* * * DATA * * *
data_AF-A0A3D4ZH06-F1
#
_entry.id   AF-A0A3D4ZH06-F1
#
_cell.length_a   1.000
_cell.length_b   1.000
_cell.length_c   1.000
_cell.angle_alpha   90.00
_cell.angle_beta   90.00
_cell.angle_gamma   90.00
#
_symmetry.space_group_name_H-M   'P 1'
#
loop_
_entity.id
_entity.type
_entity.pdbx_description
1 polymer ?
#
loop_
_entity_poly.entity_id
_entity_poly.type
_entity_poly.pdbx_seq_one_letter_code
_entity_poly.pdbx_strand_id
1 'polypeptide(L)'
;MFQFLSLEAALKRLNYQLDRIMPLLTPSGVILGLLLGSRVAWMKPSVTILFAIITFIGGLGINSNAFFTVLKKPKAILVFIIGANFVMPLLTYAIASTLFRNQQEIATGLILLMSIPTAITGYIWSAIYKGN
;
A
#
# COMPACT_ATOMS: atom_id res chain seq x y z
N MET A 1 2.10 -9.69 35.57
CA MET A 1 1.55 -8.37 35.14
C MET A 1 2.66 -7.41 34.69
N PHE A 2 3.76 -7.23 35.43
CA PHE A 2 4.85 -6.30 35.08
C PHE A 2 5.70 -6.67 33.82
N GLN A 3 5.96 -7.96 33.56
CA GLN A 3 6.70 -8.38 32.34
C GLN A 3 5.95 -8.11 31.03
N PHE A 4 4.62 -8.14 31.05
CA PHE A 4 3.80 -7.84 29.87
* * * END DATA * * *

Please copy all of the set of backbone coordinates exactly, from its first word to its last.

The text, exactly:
data_AF-A0A3D4ZH06-F1
#
_entry.id   AF-A0A3D4ZH06-F1
#
_cell.length_a   1.000
_cell.length_b   1.000
_cell.length_c   1.000
_cell.angle_alpha   90.00
_cell.angle_beta   90.00
_cell.angle_gamma   90.00
#
_symmetry.space_group_name_H-M   'P 1'
#
loop_
_entity.id
_entity.type
_entity.pdbx_description
1 polymer ?
#
loop_
_entity_poly.entity_id
_entity_poly.type
_entity_poly.pdbx_seq_one_letter_code
_entity_poly.pdbx_strand_id
1 'polypeptide(L)'
;MFQFLSLEAALKRLNYQLDRIMPLLTPSGVILGLLLGSRVAWMKPSVTILFAIITFIGGLGINSNAFFTVLKKPKAILVFIIGANFVMPLLTYAIASTLFRNQQEIATGLILLMSIPTAITGYIWSAIYKGN
;
A
#
# COMPACT_ATOMS: atom_id res chain seq x y z
N MET A 1 2.10 -9.69 35.57
CA MET A 1 1.55 -8.37 35.14
C MET A 1 2.66 -7.41 34.69
N PHE A 2 3.76 -7.23 35.43
CA PHE A 2 4.85 -6.30 35.08
C PHE A 2 5.70 -6.67 33.82
N GLN A 3 5.96 -7.96 33.56
CA GLN A 3 6.70 -8.38 32.34
C GLN A 3 5.95 -8.11 31.03
N PHE A 4 4.62 -8.14 31.05
CA PHE A 4 3.80 -7.84 29.87